At WeCo, National Disability Employment Awareness Month (NDEAM) is kind of like celebrating a big month long holiday. As a company which has a staff team largely populated with professionals who live with disabilities, we get a lot of spotlight in social media, our website gets more hits, and people who don’t normally ask us about what we do, strike up conversations with us.
It’s the one month a year where people think, “Wow, I had no idea that people who live with disabilities could/do/are….” Even a few think, “We really don’t have anyone in our office who lives with a disability, may be we should.”
But just as the last golden leaves of the poplar tree outside of our office window, flutter to the ground, the public focus of NDEAM fades, leaving me wondering why is it so difficult for people to see the possibilities and opportunities of including professionals living with disabilities in their workplaces, except for one month out of the year.
I must admit that this is a pretty big frustration for me. The biggest argument I hear from employers about why they don’t consider hiring people living with disabilities is their perception that it’s going to be expensive and a great deal of work. My personal experience is that this simply isn’t the case.
WeCo is a microbusiness which was started without any traditional source of financial resources. Many entrepreneurs understand the reason behind this: there are simply no banks loans or startup grants available for businesses like ours. Even our industry mentors prompted us to put less emphasis on business plan completion because bankers were telling them that there were no funds for even viable business ventures of our scale and scope. So WeCo was started through my personal retirement fund, donations and loans from friends and supporters, and through the hard work and faith of some talented individuals who donated their services.
I’m sharing this with you because it’s important to understand that reasonable workplace accommodation is not only possible, it’s highly viable, without a huge budget. My perspective of reasonable accommodation is first, hiring the right person because of what they bring to the table, not how they walk or roll up to it. Second, listening to the needs of the new hire and being honest with them about the resources you have or don’t have. I believe the fact that we place value on our candidates talents first, before we discuss any potential limitations their disability might create on the job, trust is the first foundation of our relationship with that person. It is upon that trust that we are able to work with them to find a viable way we can afford to accommodate their needs.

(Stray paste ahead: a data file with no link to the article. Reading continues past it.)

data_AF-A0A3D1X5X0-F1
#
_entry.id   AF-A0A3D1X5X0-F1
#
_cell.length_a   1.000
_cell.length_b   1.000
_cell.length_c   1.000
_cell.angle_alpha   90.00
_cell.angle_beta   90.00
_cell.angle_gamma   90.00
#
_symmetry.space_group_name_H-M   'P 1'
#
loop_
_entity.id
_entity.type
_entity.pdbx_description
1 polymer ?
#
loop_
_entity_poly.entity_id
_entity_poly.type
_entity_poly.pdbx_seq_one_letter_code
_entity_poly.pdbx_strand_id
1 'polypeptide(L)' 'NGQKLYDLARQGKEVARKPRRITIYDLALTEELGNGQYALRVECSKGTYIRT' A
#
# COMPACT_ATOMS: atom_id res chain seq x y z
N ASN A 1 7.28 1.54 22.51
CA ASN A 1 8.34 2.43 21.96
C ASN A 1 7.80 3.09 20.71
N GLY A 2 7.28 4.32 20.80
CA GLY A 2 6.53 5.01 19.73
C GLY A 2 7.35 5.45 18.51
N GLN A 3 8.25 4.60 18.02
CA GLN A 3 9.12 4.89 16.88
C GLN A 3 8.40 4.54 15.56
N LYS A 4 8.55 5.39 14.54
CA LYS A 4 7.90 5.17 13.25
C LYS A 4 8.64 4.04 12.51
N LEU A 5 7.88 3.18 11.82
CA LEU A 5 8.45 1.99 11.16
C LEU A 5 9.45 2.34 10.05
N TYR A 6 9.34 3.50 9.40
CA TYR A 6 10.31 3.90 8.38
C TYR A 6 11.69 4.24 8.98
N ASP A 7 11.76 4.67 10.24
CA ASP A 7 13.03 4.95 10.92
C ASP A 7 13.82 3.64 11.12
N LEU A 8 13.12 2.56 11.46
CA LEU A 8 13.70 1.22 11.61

There’s an extremely important point I’m making here that I don’t want you to miss. WeCo has, and continues, to actively work to accommodate potential hires within our means and capabilities. We have found our candidates to be extremely receptive to this approach and find that, by allowing them to be the experts in regards to their own workplace accommodation needs, that the solutions are possible and feasible for us. Not all companies are comfortable with this approach, but we believe that it is just one of many ways organizations of any size or focus can engage talented people, who are often overlooked by traditional workplaces.
We find this type of honesty, and confidence that our people know what they need, to be a strength that enables our staff to stay open and honest with management, their coworkers and themselves, during the entire time they work with us. It creates an environment of “I’m safe here” and “I can ask for what I need” that many of our staff tell us they’ve never encountered in a work environment before.
WeCo’s door is always open to organizations and employers who would like to know more about how we locate, attract and retain what we feel to be a highly effective teams of professionals, who, just happen to also live with one or more disability. Reach out to us. We’re here to help.
Read more posts from Professionals living with disabilities and accessibility-related topics in WeCo’s IT Accessibility Information Blog.